How different would our treatment of these animals be if we simply stopped viewing them as a resource to be harvested and began regarding them as individuals who make up vast and varied communities, as they truly are?
It can be all too easy to shield ourselves from the anguish that animals endure, as most of it occurs out of sight. We can deny that there is a problem while we pick bones from our teeth, but the truth remains: Every time we lift a fork to our mouths, we have a choice to make. A single plate of shrimp or a flounder filet represents the needless suffering of animals. Consumers may not have to untangle dying octopuses from nets or club salmon to death themselves, but when they opt to eat sea animals, they pay someone else to do their dirty work. By choosing a vegetarian diet, we take personal responsibility for the reduction of suffering in the world. We can reject the destruction caused by aquafarms and fishing fleets and avoid the danger of illness from contamination by simply choosing plant-based foods and encouraging others to do the same. A vegetarian diet allows the animals of the sea to live their lives free from our hooks, nets and harpoons and allows us the satisfaction of knowing that we have made a difference.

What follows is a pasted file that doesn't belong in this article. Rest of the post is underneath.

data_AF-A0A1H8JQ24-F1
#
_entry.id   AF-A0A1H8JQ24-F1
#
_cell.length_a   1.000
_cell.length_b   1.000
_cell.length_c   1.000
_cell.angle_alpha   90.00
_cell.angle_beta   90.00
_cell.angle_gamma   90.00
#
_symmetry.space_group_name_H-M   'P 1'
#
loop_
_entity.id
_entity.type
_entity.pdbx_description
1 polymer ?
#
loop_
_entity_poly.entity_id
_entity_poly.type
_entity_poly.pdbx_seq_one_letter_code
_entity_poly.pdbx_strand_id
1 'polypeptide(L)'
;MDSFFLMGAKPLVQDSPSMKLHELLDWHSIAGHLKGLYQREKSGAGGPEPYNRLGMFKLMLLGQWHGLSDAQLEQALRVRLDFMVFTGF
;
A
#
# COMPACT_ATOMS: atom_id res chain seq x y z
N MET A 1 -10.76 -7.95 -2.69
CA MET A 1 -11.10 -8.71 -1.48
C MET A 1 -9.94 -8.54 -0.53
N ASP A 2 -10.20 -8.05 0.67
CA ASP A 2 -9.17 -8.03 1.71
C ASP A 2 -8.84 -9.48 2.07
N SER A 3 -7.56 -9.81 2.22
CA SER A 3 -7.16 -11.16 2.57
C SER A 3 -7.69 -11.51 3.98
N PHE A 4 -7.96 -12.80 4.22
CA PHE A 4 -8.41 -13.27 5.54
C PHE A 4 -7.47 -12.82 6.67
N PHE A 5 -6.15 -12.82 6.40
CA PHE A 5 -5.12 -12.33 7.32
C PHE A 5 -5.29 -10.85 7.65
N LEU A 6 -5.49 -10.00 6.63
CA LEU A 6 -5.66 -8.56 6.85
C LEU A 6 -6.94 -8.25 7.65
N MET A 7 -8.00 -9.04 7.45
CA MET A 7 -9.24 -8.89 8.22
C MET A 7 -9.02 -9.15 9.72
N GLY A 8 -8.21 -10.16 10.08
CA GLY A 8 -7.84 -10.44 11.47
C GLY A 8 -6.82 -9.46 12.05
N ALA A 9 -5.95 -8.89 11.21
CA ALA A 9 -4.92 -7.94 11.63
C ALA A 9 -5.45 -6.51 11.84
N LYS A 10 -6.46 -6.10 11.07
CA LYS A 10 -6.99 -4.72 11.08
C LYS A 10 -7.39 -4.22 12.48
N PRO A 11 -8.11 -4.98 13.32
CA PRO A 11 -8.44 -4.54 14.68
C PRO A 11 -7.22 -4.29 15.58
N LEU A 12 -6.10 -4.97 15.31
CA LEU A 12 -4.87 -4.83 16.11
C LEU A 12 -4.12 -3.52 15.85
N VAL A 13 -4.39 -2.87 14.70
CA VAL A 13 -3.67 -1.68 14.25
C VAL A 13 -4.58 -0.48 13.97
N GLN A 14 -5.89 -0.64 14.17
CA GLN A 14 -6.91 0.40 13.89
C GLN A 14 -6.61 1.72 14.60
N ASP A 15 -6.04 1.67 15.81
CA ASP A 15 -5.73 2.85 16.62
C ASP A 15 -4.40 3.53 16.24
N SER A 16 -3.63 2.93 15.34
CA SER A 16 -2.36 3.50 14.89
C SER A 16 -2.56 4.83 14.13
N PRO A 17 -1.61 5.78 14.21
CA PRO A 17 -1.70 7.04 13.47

"Now I can look at you in peace;
I don't eat you anymore."
-- Franz Kafka, to a fish